Graphene and fullerenes are different arrangements of the element carbon. However, their structures are different from both diamond and graphite.
Graphene is a single layer of graphite, so it is only one atom thick.
The carbon atoms in graphene are joined by strong covalent bonds to form a hexagonal lattice structure.
Fullerenes are molecules made of carbon atoms that form hollow shapes. Two common examples of fullerenes are:
The first fullerene molecule to be discovered was buckminsterfullerene, also known as ‘buckyball’.
The molecule contains 60 carbon atoms, which are arranged in a hollow sphere. The spheres mostly contain rings with 6 carbon atoms, but there are also 5-carbon rings and 7-carbon rings.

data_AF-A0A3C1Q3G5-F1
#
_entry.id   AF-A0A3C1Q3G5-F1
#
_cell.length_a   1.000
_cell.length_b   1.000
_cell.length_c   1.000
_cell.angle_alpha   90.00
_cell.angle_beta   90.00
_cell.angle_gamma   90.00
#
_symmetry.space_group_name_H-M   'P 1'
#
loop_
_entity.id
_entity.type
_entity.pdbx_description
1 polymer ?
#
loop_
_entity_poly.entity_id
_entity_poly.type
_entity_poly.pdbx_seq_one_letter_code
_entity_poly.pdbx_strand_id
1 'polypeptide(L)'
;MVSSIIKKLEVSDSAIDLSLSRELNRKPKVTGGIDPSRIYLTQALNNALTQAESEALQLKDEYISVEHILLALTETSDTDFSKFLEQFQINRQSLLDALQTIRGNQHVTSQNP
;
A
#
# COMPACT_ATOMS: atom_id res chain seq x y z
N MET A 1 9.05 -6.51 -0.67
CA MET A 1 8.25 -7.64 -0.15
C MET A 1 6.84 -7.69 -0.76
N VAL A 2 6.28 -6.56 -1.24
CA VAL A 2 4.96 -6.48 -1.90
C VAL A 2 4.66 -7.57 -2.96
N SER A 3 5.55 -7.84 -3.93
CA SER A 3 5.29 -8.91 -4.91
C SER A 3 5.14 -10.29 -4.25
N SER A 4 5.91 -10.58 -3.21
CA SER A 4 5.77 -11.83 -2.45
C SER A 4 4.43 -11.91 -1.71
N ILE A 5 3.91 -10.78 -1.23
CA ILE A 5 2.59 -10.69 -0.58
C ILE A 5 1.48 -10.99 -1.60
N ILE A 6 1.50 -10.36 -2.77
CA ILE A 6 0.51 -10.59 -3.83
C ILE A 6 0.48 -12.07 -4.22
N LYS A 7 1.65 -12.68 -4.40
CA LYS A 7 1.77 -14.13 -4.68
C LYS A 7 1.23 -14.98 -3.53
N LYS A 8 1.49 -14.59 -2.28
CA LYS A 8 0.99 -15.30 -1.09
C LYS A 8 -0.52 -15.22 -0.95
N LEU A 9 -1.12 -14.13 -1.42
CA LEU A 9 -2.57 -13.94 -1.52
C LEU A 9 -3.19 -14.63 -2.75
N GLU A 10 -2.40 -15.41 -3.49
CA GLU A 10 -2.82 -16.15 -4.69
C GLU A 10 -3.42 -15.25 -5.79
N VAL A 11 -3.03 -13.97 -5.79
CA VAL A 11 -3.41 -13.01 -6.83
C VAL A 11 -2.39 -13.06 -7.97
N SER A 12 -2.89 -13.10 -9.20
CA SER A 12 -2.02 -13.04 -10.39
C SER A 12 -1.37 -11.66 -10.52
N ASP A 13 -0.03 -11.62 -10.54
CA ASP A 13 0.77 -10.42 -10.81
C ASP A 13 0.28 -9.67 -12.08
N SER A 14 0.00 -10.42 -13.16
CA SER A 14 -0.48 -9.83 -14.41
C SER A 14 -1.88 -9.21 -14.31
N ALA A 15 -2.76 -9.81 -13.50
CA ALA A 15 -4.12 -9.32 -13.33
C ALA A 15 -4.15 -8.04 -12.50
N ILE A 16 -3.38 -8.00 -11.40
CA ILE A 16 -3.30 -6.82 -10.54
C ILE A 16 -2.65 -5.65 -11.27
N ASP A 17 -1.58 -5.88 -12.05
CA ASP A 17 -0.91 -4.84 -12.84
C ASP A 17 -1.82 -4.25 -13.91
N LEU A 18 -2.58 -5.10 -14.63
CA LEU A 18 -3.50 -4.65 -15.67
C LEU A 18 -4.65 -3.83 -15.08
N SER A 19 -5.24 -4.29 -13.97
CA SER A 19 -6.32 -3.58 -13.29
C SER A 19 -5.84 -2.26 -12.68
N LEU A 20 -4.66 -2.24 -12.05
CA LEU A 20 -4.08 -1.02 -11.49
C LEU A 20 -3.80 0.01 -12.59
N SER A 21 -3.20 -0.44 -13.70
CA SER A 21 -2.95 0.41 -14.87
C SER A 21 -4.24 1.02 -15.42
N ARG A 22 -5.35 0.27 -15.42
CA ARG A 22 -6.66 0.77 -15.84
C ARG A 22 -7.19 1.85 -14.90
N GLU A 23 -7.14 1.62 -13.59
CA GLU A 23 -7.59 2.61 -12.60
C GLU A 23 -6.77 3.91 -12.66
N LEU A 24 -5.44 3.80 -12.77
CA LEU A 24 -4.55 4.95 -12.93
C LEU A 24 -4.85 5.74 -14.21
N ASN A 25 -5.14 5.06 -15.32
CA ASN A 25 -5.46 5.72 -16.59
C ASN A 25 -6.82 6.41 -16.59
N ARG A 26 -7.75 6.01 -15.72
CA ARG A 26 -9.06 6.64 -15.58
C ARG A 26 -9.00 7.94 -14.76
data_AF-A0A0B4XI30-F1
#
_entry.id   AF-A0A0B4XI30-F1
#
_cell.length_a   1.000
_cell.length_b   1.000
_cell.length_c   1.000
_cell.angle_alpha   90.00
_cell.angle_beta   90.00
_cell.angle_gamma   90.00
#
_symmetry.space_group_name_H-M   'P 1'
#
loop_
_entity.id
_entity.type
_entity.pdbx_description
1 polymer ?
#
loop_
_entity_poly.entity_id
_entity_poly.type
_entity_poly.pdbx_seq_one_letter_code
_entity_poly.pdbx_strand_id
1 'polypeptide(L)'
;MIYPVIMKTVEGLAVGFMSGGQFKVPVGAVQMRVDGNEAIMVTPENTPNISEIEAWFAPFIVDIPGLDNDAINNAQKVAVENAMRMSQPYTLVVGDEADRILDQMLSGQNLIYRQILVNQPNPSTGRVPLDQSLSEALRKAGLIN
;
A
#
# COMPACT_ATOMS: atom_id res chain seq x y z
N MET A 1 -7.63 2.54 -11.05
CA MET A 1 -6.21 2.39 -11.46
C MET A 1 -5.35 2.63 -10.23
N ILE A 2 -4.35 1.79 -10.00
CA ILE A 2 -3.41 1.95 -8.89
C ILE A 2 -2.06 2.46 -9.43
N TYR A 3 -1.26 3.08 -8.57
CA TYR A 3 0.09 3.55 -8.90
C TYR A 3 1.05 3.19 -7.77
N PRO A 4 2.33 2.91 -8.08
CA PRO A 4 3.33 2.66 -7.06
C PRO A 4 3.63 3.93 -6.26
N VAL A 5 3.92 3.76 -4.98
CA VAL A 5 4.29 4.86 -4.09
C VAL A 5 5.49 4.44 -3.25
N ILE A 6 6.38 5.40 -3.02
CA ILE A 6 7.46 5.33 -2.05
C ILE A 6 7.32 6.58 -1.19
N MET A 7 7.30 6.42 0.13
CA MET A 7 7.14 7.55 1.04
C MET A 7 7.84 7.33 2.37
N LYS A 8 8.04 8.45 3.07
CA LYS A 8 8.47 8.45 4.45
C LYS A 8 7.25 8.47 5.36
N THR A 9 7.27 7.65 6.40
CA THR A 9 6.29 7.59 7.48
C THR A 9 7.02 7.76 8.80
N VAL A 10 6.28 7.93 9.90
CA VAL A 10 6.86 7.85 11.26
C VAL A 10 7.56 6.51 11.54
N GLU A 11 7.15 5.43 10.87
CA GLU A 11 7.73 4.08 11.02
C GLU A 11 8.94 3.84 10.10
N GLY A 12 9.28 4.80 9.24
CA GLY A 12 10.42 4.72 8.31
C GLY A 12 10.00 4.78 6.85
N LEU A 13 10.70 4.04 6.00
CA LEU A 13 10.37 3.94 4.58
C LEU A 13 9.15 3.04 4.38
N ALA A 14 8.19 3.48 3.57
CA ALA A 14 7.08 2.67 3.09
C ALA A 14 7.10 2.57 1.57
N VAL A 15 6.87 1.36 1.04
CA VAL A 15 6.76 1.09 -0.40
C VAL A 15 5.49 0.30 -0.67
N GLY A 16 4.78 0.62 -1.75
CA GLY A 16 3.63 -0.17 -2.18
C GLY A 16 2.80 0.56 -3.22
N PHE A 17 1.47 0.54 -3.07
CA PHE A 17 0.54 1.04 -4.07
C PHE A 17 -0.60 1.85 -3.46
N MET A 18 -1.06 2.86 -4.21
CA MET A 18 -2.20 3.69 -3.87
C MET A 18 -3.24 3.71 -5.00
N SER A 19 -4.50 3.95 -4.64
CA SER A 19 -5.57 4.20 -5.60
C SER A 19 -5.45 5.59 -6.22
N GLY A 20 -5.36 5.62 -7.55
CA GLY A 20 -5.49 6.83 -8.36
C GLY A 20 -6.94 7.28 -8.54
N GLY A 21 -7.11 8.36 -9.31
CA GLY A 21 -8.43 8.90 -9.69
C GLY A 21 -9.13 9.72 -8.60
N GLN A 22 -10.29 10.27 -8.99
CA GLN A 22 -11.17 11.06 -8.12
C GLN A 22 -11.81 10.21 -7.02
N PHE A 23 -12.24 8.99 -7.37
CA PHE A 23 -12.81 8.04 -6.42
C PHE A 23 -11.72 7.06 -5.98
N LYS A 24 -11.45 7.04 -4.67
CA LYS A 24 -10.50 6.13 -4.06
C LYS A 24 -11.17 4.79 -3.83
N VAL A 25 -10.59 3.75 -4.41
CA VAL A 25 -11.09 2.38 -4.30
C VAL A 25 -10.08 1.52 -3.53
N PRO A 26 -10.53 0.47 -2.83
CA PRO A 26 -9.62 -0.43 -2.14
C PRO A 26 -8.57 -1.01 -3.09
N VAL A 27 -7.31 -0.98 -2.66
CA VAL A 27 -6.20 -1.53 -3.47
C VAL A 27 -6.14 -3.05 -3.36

Due to its unique structure, buckminsterfullerene has many uses, such as:
Nanotubes are a type of fullerene made from carbon. They are shaped like long cylinders and have rings with 6 carbon atoms.
Research into nanotubes is still in the early stages. Due to the properties of nanotubes, they have potential uses in a wide range of specialised materials and electronics.